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It was a short week; short on days, short on volume but not short on fodder for the ongoing rate debate.
Credit markets clocked a round trip, with the 10-year starting and ending the week above a 1.6 percent yield, ending at a multimonth high of 1.65 percent, having made a pit stop at 1.52 percent along the way. Equities were fairly stagnant until Friday, uncertain after seven years of monetary-infused expansion as to whether bad news is good news or good news is bad news, or if it is even worthwhile to figure it out since the machines account for 70 percent of trading volume.
The most notable economic news event was the weak ISM Non-Mfg report on Tuesday, which followed the weak ISM Mfg release on September 1. These overshadowed the otherwise arguably positive economic releases, including one of Janet Yellen's allegedly favorite indicators, the JOLTS report. In what one would have expected to be particularly market-moving negative news but was only of slight impact, there was Mario Draghi's message that further ECB stimulus is on hold. And to show that everything old is, well, just old, Apple's new iPhone launch underperformed low expectations, likely only exciting the same crowd who will be lining up for Sulu's autograph at the next "Star Trek" convention.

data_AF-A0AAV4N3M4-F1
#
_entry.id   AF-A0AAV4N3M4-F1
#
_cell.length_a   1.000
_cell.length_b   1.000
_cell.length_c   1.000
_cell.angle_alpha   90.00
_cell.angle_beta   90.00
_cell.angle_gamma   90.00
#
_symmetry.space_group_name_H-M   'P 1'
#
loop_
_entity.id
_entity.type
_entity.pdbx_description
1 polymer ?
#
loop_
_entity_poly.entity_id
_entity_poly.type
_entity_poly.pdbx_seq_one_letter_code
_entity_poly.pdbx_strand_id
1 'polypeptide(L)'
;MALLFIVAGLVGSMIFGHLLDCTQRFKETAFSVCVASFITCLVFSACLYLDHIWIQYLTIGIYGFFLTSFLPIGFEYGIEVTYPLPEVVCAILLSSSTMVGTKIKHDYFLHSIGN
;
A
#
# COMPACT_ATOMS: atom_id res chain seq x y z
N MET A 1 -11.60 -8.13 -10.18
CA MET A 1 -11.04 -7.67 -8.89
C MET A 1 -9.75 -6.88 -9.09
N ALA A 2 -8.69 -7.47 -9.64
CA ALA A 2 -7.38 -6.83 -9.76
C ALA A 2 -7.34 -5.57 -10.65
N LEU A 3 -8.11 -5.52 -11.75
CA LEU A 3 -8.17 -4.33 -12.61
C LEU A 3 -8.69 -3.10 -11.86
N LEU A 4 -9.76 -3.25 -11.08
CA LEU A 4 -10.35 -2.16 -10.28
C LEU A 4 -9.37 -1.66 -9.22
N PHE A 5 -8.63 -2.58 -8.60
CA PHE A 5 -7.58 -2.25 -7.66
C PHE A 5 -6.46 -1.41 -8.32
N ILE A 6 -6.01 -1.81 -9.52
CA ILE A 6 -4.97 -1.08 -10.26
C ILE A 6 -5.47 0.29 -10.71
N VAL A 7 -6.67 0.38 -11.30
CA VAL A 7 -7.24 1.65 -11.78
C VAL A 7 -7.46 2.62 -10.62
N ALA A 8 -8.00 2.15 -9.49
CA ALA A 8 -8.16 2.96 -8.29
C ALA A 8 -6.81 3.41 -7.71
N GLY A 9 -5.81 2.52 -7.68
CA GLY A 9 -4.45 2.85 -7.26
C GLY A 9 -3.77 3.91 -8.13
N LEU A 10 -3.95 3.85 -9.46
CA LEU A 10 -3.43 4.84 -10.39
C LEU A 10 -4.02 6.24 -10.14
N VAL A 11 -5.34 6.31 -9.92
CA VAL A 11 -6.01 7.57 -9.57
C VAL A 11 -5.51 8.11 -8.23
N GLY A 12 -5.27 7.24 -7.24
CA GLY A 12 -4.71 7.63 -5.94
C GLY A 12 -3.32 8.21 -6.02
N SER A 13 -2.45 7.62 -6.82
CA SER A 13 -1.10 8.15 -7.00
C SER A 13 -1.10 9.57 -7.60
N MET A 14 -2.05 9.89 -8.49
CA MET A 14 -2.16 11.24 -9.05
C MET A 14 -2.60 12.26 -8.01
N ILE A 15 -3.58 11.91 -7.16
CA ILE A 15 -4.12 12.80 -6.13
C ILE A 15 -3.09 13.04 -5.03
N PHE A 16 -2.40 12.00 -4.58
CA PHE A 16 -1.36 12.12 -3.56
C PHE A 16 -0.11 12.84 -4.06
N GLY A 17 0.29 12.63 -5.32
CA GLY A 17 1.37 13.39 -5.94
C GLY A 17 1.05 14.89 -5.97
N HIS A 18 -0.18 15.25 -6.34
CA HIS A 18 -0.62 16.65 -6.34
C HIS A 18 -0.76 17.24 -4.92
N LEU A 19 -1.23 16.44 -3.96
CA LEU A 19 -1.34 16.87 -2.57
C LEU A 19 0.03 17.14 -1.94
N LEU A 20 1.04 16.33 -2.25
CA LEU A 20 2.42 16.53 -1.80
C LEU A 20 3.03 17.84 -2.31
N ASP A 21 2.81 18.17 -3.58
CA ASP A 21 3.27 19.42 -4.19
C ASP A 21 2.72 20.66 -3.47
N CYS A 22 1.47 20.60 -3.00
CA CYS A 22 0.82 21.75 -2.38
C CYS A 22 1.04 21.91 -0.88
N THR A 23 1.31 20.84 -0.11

But just when the week was drawing to a close, Boston Fed President Eric Rosengren's hawkish comments were laid out like bread crumbs, leading markets down the path to a September rate hike. In response, equities dropped in excess of 2 percent, yields spiked globally (10-year bunds briefly traded out of negative territory) and complacency took an early holiday.